While limiting Maple’s geographic footprint helps, what really makes its model work is the technology that runs it.
When the delivery team is actually on the road, Maple’s delivery app tracks them all the way, measuring their velocity to determine how much time they spend on the bike, how long it takes them to walk to the person’s door, which streets have the most traffic, and which buildings take longer to deliver to than others. The app processes all of this information and uses it to inform future routes. “The system gets better at making these decisions over time,” Navle says.
It’s this technology that Will Gaybrick, who is both a Maple co-founder and a partner at Thrive Capital, says makes Maple a smart investment. “In general, food service is really not leveraging technology to scale,” he says. “But it’s technology that lets us serve better food, faster, fresher, and at a better price.”
The Complete Package
There’s a sophisticated science to Maple’s method, but of course, there’s an art to it as well. Not satisfied with tossing your meticulously delivered meal at you in a grease stained brown bag, Maple’s founders also went to great lengths to ensure the packaging itself is optimized for delivery. That means they tested nearly every off the shelf package to find the one that can withstand heat and condensation the best and minimize the amount of space the food has to shift around. They also hired one of the Museum of Modern Art’s former assistant creative directors to design their subtle yet sophisticated branding.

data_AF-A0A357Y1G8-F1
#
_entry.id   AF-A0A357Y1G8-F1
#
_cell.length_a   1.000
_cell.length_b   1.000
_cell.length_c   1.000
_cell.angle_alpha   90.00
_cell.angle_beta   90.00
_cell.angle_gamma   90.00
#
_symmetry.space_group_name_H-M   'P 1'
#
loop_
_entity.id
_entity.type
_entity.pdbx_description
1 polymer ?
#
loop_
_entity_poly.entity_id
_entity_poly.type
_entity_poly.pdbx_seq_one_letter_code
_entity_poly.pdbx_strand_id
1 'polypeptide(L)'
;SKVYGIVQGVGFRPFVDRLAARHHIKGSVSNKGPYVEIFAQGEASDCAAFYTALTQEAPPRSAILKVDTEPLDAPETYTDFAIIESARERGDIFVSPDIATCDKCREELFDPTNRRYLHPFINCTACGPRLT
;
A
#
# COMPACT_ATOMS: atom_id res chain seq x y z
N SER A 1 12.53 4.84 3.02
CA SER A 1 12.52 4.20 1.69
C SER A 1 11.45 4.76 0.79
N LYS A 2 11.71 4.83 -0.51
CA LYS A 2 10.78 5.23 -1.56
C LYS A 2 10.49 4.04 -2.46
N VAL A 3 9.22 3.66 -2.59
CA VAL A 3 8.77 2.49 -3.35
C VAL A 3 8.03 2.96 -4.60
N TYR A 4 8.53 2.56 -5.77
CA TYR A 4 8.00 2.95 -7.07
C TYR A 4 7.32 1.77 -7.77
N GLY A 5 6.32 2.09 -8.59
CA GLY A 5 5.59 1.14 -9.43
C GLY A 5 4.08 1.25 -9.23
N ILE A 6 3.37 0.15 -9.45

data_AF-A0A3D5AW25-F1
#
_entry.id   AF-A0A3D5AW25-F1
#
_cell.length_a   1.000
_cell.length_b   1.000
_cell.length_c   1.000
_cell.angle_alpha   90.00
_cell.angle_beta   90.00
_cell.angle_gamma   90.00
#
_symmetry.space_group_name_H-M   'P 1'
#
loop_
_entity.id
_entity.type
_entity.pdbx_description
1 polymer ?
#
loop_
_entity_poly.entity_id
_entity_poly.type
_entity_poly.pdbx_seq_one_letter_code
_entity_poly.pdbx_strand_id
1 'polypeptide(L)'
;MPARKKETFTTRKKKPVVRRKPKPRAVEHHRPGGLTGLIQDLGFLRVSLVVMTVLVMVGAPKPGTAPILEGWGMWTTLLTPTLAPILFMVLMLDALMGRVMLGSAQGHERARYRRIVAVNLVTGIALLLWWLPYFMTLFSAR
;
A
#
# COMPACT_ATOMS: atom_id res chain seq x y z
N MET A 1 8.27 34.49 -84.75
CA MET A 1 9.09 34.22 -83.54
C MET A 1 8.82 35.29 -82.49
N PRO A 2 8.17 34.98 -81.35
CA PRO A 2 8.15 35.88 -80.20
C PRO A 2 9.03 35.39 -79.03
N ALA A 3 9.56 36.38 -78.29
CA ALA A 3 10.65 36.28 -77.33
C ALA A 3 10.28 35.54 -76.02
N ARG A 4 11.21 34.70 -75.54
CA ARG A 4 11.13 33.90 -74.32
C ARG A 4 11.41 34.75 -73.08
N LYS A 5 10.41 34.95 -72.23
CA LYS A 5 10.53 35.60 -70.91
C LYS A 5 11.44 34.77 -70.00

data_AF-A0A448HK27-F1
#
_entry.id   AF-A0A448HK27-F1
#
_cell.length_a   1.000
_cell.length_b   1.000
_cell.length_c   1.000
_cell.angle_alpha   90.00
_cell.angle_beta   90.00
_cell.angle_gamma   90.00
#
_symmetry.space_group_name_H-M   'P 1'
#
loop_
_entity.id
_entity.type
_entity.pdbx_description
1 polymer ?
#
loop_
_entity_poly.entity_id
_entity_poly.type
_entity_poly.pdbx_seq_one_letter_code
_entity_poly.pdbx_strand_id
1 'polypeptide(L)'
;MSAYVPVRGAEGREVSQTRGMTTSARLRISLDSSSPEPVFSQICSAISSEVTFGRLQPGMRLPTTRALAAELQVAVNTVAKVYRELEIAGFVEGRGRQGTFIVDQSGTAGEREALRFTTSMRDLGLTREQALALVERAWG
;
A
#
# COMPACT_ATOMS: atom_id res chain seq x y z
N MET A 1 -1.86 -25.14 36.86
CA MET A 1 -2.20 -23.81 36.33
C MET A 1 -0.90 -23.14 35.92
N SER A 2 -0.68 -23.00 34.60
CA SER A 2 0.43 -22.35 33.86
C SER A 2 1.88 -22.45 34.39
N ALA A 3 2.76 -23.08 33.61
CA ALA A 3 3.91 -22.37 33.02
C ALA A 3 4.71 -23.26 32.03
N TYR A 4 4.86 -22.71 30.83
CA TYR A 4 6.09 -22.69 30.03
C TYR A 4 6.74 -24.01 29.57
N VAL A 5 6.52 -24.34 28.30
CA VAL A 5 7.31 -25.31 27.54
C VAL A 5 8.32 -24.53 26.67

“Restaurants have that asset, but it rarely travels with delivery,” Merkl says. “We think it’s especially important to recreate some emotion around food, when we don’t have a physical space.”
What’s more critical to Maple’s success than any of this, though, is the fact that the food is actually incredibly good. With Chang as a co-founder, Maple has access to one of the world’s most celebrated chefs. That’s an asset no amount of technology could replace. According to Merkl, who was introduced to the Momofuku founder through a connection at Thrive Capital, Chang was receptive to the idea of Maple from the start. “He’s already playing at the highest level, and now he’s more interested in where food is going than he is in how much farther he can push fine dining,” Merkl says.
‘Not a Technology Company’
But while there are obvious advantages to forgoing a physical restaurant, including minimizing overhead and making it much easier to scale, there are also substantial obstacles to delivering on the promise of perfect delivery. For starters, Maple’s business model still requires a huge staff, only instead of waiters and waitresses, it’s a delivery team. Right now, the company has 32 delivery people, and that’s just for one neighborhood. Navle expects it will grow with time.
Then there’s the fact that in order for Maple’s technology to be worthwhile, Maple needs densely packed routes. That means that Maple may never be a practical solution outside of big cities, and even in those cities it will need a large volume of orders in any given area to make the delivery-only model economically efficient. That’s why Maple is only going to expand geographically once it has built a substantial user base in the Financial District.
But while Maple may not scale as quickly as the average tech company, Merkl says it will scale much more quickly and efficiently than the average food company. And that, he says, is what Maple is, first and foremost. “I know it’d be super in vogue to say, ‘We’re building a platform that will deliver you anything,’ but we’re actually just trying to build a food company,” he says. “We’re not a technology company or a logistics company or a growth for growth sake’s company. We’re a food company, and we’re by nature going to grow more slowly, because it’s about building trust over time.”